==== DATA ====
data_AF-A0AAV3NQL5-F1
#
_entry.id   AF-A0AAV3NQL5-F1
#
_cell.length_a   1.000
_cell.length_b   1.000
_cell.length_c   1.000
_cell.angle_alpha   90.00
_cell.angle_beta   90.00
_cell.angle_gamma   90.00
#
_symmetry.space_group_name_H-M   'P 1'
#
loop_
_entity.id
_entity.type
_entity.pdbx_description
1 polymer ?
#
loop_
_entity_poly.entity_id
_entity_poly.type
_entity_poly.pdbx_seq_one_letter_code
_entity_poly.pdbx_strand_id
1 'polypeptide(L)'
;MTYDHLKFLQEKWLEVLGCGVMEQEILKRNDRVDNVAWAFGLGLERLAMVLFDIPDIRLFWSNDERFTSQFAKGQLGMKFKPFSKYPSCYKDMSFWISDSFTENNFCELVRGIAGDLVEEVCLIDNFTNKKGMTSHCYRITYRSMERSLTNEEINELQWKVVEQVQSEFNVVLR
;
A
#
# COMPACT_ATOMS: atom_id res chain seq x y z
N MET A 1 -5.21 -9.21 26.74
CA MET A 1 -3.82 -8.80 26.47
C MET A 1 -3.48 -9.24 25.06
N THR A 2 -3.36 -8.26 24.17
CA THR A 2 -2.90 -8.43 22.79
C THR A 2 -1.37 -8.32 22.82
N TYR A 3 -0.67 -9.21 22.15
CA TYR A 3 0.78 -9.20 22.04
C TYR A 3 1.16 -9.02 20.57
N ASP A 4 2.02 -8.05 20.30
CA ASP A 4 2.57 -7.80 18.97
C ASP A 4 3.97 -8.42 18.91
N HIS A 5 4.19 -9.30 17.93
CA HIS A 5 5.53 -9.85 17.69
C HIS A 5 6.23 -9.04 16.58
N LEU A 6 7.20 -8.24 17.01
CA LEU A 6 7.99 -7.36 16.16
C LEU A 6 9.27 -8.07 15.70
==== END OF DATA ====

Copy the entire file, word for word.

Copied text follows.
data_AF-A0AAV3NQL5-F1
#
_entry.id   AF-A0AAV3NQL5-F1
#
_cell.length_a   1.000
_cell.length_b   1.000
_cell.length_c   1.000
_cell.angle_alpha   90.00
_cell.angle_beta   90.00
_cell.angle_gamma   90.00
#
_symmetry.space_group_name_H-M   'P 1'
#
loop_
_entity.id
_entity.type
_entity.pdbx_description
1 polymer ?
#
loop_
_entity_poly.entity_id
_entity_poly.type
_entity_poly.pdbx_seq_one_letter_code
_entity_poly.pdbx_strand_id
1 'polypeptide(L)'
;MTYDHLKFLQEKWLEVLGCGVMEQEILKRNDRVDNVAWAFGLGLERLAMVLFDIPDIRLFWSNDERFTSQFAKGQLGMKFKPFSKYPSCYKDMSFWISDSFTENNFCELVRGIAGDLVEEVCLIDNFTNKKGMTSHCYRITYRSMERSLTNEEINELQWKVVEQVQSEFNVVLR
;
A
#
# COMPACT_ATOMS: atom_id res chain seq x y z
N MET A 1 -5.21 -9.21 26.74
CA MET A 1 -3.82 -8.80 26.47
C MET A 1 -3.48 -9.24 25.06
N THR A 2 -3.36 -8.26 24.17
CA THR A 2 -2.90 -8.43 22.79
C THR A 2 -1.37 -8.32 22.82
N TYR A 3 -0.67 -9.21 22.15
CA TYR A 3 0.78 -9.20 22.04
C TYR A 3 1.16 -9.02 20.57
N ASP A 4 2.02 -8.05 20.30
CA ASP A 4 2.57 -7.80 18.97
C ASP A 4 3.97 -8.42 18.91
N HIS A 5 4.19 -9.30 17.93
CA HIS A 5 5.53 -9.85 17.69
C HIS A 5 6.23 -9.04 16.58
N LEU A 6 7.20 -8.24 17.01
CA LEU A 6 7.99 -7.36 16.16
C LEU A 6 9.27 -8.07 15.70